Select whether the type of incident is a wildfire, prescribed burn or HAZMAT. If it is a prescribed burn, please enter the Ignition Time (using a 24 hour clock) and Date.

Requesting Agency - The requesting agency name and telephone number. Fax number and contact person are optional, but we consider those important if we have any questions or a breakdown in dissemination capabilities.

Reason for Spot Forecast - The requester of a spot forecast must provide the "REASON FOR THE SPOT FORECAST". The NWS cannot provide spot forecasts to private citizens or commercial entities not acting in a capacity as agent to a government agency.

Spot forecasts for WILDFIRES or HAZMAT will be provided to any federal, state, or local official who represents that the spot forecast is required to support an incident for protection of life or property.

Spot forecasts for NON-WILDFIRE purposes will be provided for any of the following criteria:

  1. Under the Interagency Agreement for Meteorological Services (USFS, NPS, USFWS, DOD).

  2. State, or local fire agency working in coordination with a federal participant in the Interagency Agreement for Meteorological Services.

  3. Essential to public safety, e.g. due to the proximity of population centers or critical infrastructure.


Location - Enter the Latitude and Longitude of the fire location. You can either specify:

Degrees in hundredths, in the following format example:   latitude 18.20   longitude -66.25


Degrees/minutes/seconds as in this format example:    latitude 27 48 34    longitude 80 34 05   (note the space between numbers.)

The NWS prefers to receive location information in latitude and longitude coordinates because it is easier to locate the incident location more precisely on our computer equipment.  However, you may also use a legal description of Township, Range and Section (TRS) format.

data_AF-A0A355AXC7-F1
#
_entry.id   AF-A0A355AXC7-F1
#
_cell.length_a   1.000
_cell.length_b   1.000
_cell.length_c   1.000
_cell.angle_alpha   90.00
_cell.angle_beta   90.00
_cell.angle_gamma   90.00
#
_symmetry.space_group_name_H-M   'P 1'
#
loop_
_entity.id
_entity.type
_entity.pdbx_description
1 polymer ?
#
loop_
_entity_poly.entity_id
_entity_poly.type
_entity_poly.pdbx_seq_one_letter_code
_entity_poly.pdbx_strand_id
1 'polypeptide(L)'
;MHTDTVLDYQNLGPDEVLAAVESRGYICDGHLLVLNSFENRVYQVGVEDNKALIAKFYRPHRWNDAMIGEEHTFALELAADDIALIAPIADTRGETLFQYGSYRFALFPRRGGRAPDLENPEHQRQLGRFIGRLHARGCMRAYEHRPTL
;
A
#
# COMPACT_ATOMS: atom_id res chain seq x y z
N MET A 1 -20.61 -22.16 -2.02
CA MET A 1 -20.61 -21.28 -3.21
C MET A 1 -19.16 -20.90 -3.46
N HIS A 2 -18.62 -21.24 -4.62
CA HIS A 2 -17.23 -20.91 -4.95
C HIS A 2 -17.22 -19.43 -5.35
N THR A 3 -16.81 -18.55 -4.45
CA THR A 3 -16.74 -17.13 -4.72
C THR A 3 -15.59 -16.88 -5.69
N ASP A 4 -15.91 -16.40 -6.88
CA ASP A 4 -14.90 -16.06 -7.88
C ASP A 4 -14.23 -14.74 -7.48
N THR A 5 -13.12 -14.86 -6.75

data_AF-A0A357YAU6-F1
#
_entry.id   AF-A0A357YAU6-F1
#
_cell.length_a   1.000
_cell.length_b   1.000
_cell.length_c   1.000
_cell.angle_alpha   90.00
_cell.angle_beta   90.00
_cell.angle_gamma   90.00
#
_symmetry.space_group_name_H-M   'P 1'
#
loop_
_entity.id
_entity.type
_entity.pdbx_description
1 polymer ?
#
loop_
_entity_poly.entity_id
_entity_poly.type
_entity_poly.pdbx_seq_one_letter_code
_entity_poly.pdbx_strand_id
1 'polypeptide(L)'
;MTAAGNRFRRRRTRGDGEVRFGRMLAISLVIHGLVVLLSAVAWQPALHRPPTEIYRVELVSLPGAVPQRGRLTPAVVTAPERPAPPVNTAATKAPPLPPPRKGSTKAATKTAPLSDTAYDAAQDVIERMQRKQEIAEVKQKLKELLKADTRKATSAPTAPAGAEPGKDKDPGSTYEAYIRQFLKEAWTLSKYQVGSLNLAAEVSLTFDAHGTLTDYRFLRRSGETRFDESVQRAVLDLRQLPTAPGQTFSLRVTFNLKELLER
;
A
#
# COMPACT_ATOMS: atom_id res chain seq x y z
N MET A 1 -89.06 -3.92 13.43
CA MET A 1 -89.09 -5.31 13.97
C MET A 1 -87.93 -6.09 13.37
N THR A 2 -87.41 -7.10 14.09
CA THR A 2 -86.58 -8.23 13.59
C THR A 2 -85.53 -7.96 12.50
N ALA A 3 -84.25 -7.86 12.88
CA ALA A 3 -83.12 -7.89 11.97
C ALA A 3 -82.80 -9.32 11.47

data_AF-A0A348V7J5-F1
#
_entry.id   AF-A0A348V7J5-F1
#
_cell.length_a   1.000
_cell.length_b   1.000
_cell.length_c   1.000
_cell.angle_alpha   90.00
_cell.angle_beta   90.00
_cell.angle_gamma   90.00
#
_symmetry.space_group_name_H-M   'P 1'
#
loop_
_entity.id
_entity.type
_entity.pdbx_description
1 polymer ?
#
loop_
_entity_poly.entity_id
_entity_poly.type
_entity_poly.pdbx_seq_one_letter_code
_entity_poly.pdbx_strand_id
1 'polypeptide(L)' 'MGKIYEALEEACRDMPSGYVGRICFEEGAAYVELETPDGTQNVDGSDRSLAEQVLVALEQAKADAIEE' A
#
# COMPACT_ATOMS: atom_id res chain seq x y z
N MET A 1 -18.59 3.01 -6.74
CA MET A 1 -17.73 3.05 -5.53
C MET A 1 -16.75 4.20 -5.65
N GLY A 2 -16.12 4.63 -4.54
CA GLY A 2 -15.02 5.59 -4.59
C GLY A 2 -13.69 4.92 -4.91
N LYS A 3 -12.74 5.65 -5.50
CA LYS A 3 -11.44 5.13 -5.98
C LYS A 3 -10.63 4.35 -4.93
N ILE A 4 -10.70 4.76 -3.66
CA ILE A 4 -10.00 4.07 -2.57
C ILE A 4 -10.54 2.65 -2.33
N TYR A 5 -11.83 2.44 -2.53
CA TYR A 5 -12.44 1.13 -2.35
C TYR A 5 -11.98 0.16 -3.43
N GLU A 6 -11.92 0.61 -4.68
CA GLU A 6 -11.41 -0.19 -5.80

If you enter the location in TRS format, follow this example: T39N R7E SEC8. The NWS Spot program will convert the TRS description to latitude/longitude when it is processing the request.

Proper location data will give us detailed information on the location of the fire and relation to bodies of water or population centers..etc..

Elevation -  If the burn or fire is on flat ground, you can enter a value in only one of the boxes, preferably the one labeled Top.

Drainage references the river drainage basin the fire is in. This field is optional, but the information would be helpful if known.

Aspect - The direction the slope (if any) faces. Use direction references such as N, NE, E, SE, S, SW, W, NW. If the fire or burn is in flat terrain, you can type in "FLAT".

Enter the size or acreage of the spot burn if known, however it is not a required field.

Observation - Although not shown in red, a recent observation should be provided. For each observation, we need to know its relation to the site of the prescribed burn or wildfire, the elevation in feet, and the time. The wind information can be specified as N12 gust 25 mph or West at 10 mph. Please specify the height off the ground at which your wind measurement was taken, i.e. eye level or 20 foot winds. The forecast will be for 20 foot winds.

The temperature and wet bulb values in degrees F should be entered, and the RH (in percent) and the Dew point (F) if known. Finally, any remarks about clouds, weather or other important information would be helpful.

Primary Forecast Elements - You may request data for Today, Tonight and Tomorrow by checking the boxes under "Primary Forecast Elements" in the lower left corner of the Spot Forecast Request page illustrated in figure 2 above. The NWS asks that you request no more than you actually need at the time to perform your work that day.

Remarks - If a meteorological parameter is not listed and you would like a forecast of that information, enter the request in the Remarks section. You can also ask questions or state any concerns or problems.

Action - You have three options. When your request for a forecast is complete, click on the "Submit Request" button at the bottom of the page. Various checks are performed on the data you have entered. If an error is found, you will be taken to a page that describes the error. You would then click on "Go Back and Fix" which would take you back to the Spot Request Forecast page. Correct any errors, and then click on the Submit Request button once again.

The "Cancel Request" will end your request. The "Clear Form" button will erase all your entries, enabling you to start over.

The spot request will alarm at the NWS - San Juan fire weather forecaster's work station, but to ensure we received the request, please call us to ensure that the request was received. 

Once your request is submitted, the NWS Spot program will respond with a forecast page.